A year away from history is Matthew Fisher’s view of Joe Root and his England Test side after their famous opening Test win against India in Chennai earlier this week.
Captain Root underpinned a sixth successive away Test win with a second double century of the year – a first-innings 218.
England won the final three Tests to clinch their series in South Africa last winter before winning 2-0 in Sri Lanka last month, when Root posted scores of 228 and 186.
Home and away, England have now won their last four Test series.
After the ongoing series in India, they host the same opponents at home this summer as well as world number one ranked New Zealand. They then travel Down Under for an Ashes series either side of Christmas.
“This is a very, very big year for England, and if Rooty can be in form for the whole year and England win in India and Australia, it will put him up there amongst the very best players ever in the world in my opinion,” said Yorkshire fast bowler Fisher.
“Players get judged on their performances in big games and big series, and there are non bigger than India and Australia.
“In terms of captaincy, Ricky Ponting gets so much respect for the runs he scored and the series won with the Australian team he had. And I think Rooty could go into a similar category if England win these series.
“I read a tweet the other day that said since England won the series in India in 2012, India have only lost one Test (against Australia in 2017). That is incredible.
“The way Root and Anderson performed in particular, you just don’t have any words.
“Rooty, you can see his plan, but the bowlers can’t do anything about it because he’s executing it so well. He’s at the top of his game.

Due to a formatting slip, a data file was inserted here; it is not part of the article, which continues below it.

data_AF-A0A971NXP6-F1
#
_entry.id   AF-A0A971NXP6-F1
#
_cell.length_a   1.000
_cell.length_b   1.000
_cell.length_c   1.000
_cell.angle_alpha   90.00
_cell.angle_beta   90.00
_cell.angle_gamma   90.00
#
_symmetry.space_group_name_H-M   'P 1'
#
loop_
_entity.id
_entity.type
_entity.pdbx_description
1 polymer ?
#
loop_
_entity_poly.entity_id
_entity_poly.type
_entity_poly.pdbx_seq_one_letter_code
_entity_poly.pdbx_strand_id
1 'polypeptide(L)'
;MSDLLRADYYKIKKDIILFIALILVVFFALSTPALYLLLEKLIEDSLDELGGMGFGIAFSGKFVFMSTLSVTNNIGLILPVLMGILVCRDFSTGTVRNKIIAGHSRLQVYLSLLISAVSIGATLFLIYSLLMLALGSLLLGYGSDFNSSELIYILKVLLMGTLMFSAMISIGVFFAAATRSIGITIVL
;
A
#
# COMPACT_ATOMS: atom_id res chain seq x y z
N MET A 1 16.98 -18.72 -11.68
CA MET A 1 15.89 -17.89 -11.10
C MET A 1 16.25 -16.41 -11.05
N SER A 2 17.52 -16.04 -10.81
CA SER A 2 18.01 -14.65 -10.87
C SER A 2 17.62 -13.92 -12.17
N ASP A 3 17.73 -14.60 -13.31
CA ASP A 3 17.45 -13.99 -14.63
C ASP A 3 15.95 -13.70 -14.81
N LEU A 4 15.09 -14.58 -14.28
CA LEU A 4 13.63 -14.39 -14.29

“In that first innings, it felt like he could have done whatever he wanted.
“He was just playing low-risk cricket, and every shot he played seemed to come out of the middle of the bat. But he could probably have gone and got a 50-ball hundred if he’d have wanted.
“He’s in the prime form of his career, and it’s been fascinating to watch.”
You regularly hear sportsmen or women asked about chasing the perfect performance. But it is such a cliched question because what do you class as perfection?
Fisher continued: “Before a game, you could say, ‘Right, we want 1,000 runs in the first innings and then bowl the opposition out twice for 50’. That would be perfection, but it’s not realistic. It would be stupid to expect that to happen in professional cricket.
“But what we watched in that first Test, I would describe it as perfection with realism.
“It would be realistic to say, ‘Let’s win the toss, score massive runs, let the pitch deteriorate, bowl them out for 200-300, bat again for some quick runs and then bowl them out for 200 on the last day’.
“No one would tell you that’s never going to happen. It’s realistic, but the perfect outcome at the same time.”
Whilst Fisher talks about Root’s route to greatness this year, he feels exactly the same about England as a team.
“You see it in many sports where teams are just so successful at a given time, and you can tell Rooty and Chris Silverwood have built something special in terms of the culture,” he said.